pacific money | Economy | Southeast Asia
Planners are banking on strong economic growth, low inflation and a strengthening peso in 2023. But are these assumptions solid?
The skyline of Makati, the financial district of Metro Manila, at night.
The Philippines may be feeling a bit more pressure than other major emerging markets in Southeast Asia right now thanks to a rising dollar, inflationary pressures, large increases in government debt incurred during the pandemic, expensive imports like energy, and tightening general monetary crisis that is taking place throughout the country. the world financial system. Despite these economic obstacles, the House of Representatives recently passed a budget 2023 That, at a proposal of 5,268 billion pesos, represents an increase of 4.9 percent from the previous budget of 5,024 billion pesos.
This is quite interesting, since the budget 2022 it was already historically high as a result of increased spending to combat the effects of the pandemic. With the pandemic receding, one might expect that the need for such high levels of government spending will also diminish. Neighboring Indonesia, where the government is not shy about deficits and currently has a stronger balance of payments thanks to booming commodity exports, plans reduce public spending in 2023.
Not so in the Philippines. The increases are mainly due to higher debt service costs and salary and pension increases for government workers and military employees (these personnel expenses alone represent 226 billion pesos of additional spending). Social services, including programs to help with rising food prices, will rise 7.2 percent, while defense spending will rise 13.3 percent. All of this is expected to be offset by higher revenues totaling 3.633 trillion pesos or about 15 percent of GDP. If the projections hold, the deficit will be 1.45 trillion pesos or about 6 percent of GDP, less than in 2021 and 2022 but still relatively large.
Much of this depends on the accuracy of macroeconomic assumptions in the budget Planners project that the GDP will grow in 2023 between 6.5 and 8 percent, inflation will not exceed 4.5 percent and the peso will be between 51 and 55 per US dollar. At this moment the peso is already trading around 59 per dollar. Inflation of 4.5 percent could also be a difficult target, given that a rising dollar is likely to push up prices in a net importing country like the Philippines and inflation is currently above 6 percent. Anchoring the budget around growth projections of 7 or 8 percent, when many are forecasting a global recession next year, also seems a bit optimistic.
The Philippine central bank has already raised its reference rate from 2 to 4.25 percent in recent months. This is more aggressive than most central banks in the region, and further hikes are likely. The central bank has also been spending foreign reserves to try to manage the depreciation of the peso. As of July 2021, the bank had $96 billion in foreign currency and foreign bonds on its books. As of September 2022, these holdings had shrunk to $82 billion. Despite these efforts, the peso has continued to weaken against the dollar. Will it stay at 59 and go back to 55 by next year? Will inflation cool down by two or three percentage points? Budget planners hope so.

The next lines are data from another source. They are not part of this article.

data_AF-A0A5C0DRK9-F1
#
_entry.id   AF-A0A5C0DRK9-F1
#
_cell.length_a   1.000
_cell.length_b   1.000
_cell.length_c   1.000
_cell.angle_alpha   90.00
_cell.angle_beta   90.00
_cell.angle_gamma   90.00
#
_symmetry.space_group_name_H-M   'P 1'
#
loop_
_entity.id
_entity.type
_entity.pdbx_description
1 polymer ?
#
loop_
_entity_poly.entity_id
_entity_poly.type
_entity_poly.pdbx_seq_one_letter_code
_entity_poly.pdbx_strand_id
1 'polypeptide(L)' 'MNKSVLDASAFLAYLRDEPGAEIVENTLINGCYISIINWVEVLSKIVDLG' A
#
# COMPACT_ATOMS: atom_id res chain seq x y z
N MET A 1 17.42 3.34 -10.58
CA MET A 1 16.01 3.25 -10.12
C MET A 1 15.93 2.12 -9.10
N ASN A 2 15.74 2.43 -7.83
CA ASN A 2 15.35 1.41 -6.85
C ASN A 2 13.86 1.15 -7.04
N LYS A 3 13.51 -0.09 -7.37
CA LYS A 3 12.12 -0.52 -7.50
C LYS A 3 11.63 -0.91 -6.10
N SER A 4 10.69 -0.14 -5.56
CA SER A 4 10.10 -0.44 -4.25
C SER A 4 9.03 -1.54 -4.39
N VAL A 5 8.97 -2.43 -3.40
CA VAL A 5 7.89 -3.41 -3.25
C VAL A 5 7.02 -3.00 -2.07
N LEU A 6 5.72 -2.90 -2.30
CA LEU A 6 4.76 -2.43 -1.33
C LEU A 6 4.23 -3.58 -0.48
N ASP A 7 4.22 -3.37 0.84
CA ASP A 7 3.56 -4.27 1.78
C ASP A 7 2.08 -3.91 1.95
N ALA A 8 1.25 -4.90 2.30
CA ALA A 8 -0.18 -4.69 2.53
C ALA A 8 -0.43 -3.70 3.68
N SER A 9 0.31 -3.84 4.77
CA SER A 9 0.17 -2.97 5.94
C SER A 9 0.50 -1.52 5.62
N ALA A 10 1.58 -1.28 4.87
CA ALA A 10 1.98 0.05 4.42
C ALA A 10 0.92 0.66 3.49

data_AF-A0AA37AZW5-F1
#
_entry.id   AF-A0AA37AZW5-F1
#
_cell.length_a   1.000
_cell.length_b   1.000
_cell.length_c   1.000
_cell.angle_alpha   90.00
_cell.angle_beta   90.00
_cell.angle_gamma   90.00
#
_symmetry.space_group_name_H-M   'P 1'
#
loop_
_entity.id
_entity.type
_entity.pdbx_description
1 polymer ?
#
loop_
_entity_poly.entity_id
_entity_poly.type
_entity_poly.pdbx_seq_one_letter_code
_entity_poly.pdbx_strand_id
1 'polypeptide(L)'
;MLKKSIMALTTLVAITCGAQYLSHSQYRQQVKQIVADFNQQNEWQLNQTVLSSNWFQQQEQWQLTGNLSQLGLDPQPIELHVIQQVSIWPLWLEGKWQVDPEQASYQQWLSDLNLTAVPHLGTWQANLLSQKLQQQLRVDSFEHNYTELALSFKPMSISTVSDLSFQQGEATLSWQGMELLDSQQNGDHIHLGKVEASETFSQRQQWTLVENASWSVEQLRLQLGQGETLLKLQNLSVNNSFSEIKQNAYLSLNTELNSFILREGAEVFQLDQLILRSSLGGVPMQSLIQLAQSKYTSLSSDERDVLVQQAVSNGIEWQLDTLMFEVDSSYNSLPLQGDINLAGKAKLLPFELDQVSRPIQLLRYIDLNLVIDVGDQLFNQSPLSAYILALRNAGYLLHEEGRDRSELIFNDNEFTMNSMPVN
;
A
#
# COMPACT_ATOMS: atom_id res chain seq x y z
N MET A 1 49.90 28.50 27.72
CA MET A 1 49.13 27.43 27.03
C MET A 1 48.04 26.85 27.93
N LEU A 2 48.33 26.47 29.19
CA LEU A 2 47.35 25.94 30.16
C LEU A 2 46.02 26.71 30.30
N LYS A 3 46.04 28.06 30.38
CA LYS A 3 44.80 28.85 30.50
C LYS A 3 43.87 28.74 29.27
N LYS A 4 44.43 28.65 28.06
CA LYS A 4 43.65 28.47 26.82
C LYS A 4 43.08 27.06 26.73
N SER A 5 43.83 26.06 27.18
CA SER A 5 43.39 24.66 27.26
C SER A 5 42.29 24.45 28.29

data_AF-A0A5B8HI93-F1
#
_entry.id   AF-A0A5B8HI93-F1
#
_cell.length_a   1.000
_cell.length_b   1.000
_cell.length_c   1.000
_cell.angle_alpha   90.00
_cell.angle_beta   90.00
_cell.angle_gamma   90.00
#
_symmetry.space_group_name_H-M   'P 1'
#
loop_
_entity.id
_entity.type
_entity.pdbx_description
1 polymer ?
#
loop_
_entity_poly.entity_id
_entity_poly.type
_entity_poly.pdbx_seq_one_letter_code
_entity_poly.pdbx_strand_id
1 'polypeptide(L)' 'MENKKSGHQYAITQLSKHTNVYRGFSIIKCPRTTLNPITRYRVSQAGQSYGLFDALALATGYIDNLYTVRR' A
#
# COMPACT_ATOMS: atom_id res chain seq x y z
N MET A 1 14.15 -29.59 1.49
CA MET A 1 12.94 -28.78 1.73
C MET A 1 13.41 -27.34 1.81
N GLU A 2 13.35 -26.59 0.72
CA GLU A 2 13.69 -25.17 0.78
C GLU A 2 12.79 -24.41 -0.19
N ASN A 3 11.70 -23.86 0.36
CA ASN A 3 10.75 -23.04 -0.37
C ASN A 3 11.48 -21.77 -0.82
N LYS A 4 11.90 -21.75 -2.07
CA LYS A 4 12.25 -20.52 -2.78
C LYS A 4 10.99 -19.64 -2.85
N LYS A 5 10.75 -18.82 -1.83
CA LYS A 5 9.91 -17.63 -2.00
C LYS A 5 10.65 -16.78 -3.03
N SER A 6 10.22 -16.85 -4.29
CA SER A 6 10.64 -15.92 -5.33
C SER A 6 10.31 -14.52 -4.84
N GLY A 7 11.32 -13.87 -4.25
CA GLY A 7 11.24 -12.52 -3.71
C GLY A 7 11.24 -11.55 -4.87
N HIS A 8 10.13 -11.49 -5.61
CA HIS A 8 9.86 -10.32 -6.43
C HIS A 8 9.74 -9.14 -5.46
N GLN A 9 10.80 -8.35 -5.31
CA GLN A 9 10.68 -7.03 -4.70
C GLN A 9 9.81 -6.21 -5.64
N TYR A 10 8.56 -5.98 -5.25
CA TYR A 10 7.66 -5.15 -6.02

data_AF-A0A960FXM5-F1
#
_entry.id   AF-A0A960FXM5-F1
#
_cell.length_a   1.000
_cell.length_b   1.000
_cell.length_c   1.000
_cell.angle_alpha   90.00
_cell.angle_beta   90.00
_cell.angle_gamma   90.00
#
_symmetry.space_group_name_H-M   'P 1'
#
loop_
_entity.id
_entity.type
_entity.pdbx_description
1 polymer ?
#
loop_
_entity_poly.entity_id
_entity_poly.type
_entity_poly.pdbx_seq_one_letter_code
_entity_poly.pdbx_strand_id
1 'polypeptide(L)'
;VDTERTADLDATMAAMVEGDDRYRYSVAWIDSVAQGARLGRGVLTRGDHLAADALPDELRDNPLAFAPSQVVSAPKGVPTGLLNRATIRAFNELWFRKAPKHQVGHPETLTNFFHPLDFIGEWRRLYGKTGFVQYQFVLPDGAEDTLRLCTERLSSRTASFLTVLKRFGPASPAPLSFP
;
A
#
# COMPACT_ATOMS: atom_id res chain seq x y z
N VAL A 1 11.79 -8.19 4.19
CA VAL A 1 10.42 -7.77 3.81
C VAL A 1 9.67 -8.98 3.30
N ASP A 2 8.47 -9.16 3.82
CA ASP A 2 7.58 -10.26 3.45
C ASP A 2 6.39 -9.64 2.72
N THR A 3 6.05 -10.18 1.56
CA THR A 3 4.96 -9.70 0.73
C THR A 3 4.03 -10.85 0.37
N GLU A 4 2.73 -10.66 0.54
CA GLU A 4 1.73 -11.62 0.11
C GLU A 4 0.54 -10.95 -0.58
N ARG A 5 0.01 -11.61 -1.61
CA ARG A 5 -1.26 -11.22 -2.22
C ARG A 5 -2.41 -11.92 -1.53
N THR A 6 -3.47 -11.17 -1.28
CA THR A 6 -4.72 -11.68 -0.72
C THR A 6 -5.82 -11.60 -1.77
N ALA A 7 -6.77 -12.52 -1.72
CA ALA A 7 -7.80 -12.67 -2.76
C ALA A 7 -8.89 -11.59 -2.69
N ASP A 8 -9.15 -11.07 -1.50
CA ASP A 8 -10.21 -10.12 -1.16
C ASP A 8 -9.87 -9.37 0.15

When President Ferdinand Marcos Jr. took office, it seemed likely that he would try to maintain a sense of continuity with the economic policies of his predecessor promoting investment in fixed capital and infrastructure as engines of growth. Former President Rodrigo Duterte I did this running budget and current account deficits as the Philippines imported capital goods for large projects and borrowed to finance them. All things being equal, this may be a good development strategy for emerging markets like the Philippines.
But all things are no longer the same. The macroeconomic environment has changed quite drastically over the last year. Interest rate hikes in the US are pushing up rates in the Philippines and causing the dollar to strengthen rapidly against the peso. This means that both debt and imports, two of the things that underpinned Duterte’s style of economic development, are getting more expensive.
I don’t know if the Philippine economy will grow 8 percent next year, but I do know that people are already taking a hit from higher prices for things like food, electricity, and gas. I know that the peso has weakened against the dollar, making imports and foreign debt more expensive, and that the central bank is already doing everything possible to soften these blows. And I know that rate hikes could dampen economic growth and squeeze borrowers.
This budget aims to keep the economy going by increasing spending. But is it doing enough to help people struggling with rising prices? Do you prioritize spending on infrastructure and personnel to the detriment of anti-inflationary measures? Is higher government spending financed by deficits sustainable when global monetary conditions are tightening? Are the assumptions underlying this budget realistic? We don’t know the answers to these questions right now, but we will soon.